By Addy Hatch, College of Nursing

The WSU College of Nursing will graduate 33 Doctor of Nursing Practice students this spring, its largest-ever DNP class. 

Most of those 33 students will become family nurse practitioners, psychiatric-mental health nurse practitioners, or will take on leadership roles in public health, public policy, or health care administration.

Before they graduate, however, they all had to complete a final project. They were tasked with investigating an area of nursing practice, a health care delivery system, or a policy issue, and using scientific evidence to improve practice or patient outcomes.

Thanks to the work of the latest class of WSU DNPs, a psychiatric practice in Spokane has more information on the effectiveness of group medical visits.

Medical personnel in a Western Washington prison have new information on standardizing wound care to help prevent MRSA.

New moms who had gestational diabetes during pregnancy are more reliably receiving postpartum follow-up at a large health clinic in the Seattle area.

And working nurse practitioners who want to set up an independent practice have new resources for doing that.

Such projects demonstrate that an advance-practice nurse can assess a population or organization “and understand how to be a change agent or implement change in very complex settings,” said Anne Mason, director of the DNP program at the WSU College of Nursing and clinical associate professor.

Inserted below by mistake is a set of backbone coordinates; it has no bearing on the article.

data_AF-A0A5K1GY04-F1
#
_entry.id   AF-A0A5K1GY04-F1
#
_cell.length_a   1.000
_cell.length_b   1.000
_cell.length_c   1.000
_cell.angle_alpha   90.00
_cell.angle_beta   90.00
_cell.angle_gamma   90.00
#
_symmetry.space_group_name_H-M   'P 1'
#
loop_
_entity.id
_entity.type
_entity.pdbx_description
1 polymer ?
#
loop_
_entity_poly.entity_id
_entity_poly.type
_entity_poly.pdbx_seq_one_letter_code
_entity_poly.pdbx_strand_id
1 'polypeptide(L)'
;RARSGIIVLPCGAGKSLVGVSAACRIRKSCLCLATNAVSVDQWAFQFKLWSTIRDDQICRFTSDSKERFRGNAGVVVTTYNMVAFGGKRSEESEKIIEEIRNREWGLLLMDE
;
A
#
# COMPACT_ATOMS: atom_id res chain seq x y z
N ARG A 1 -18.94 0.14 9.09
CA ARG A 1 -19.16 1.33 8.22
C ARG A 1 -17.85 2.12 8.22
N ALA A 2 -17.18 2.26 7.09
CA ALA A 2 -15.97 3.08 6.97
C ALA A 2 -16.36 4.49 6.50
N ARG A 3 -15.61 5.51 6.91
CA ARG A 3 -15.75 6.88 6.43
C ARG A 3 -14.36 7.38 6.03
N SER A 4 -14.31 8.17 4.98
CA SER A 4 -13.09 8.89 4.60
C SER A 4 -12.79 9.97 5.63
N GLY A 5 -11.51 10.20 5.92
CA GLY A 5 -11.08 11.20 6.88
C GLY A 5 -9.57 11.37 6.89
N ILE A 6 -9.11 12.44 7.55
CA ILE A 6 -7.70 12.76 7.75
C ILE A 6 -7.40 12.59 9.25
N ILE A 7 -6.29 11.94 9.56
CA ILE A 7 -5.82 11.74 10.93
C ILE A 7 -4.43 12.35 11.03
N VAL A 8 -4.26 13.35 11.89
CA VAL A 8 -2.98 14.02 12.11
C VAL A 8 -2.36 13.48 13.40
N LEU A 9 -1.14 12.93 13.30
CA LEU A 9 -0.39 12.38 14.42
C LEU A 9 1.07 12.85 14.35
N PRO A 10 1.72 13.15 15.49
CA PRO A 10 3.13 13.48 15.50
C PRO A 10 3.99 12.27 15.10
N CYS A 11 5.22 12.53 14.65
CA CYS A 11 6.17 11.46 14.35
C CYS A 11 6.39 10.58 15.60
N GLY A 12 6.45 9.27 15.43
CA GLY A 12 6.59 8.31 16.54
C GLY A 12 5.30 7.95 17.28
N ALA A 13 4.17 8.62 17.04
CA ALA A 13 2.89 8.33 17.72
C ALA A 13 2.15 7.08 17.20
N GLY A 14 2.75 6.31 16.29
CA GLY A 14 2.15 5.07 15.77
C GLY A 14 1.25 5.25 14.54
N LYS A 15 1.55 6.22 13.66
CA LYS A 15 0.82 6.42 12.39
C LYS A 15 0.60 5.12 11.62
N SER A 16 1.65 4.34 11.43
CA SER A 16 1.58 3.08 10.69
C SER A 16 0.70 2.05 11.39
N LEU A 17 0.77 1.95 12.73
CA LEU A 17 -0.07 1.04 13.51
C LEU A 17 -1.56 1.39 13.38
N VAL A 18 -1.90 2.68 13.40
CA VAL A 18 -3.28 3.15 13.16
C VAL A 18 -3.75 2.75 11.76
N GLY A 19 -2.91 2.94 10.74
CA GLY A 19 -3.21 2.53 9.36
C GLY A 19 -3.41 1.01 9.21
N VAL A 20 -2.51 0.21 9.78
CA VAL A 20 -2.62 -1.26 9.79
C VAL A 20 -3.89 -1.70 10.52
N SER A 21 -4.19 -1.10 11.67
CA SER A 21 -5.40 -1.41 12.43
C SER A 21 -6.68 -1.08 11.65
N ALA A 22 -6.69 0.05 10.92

Projects aren’t intended to be basic research, noted Clinical Professor Anita Hunter, who served as faculty mentor for some of the DNP student projects. Instead, “It’s about taking information that’s already in evidence, applying it to a particular setting and saying, ‘Does it work, or does it need further evolution?’”

Many DNP students undertake projects in their workplaces, but others connect with an organization outside of their professional setting. Projects often change during the course of the systematic investigation.

David Colvin, for example, developed a framework for a project to improve patient “handoffs” from provider to provider within a small rural hospital. He quickly discovered that there was no baseline – “they didn’t know what people were already doing,” he said. His primary objective shifted to creating that baseline on current practices and attitudes, with recommendations for future work on standardization and training.

Projects can result in improved patient care or organizational efficiency, lower costs, or greater knowledge – or a combination of those benefits.

DNP students presented the projects this week, and will graduate in ceremonies next week.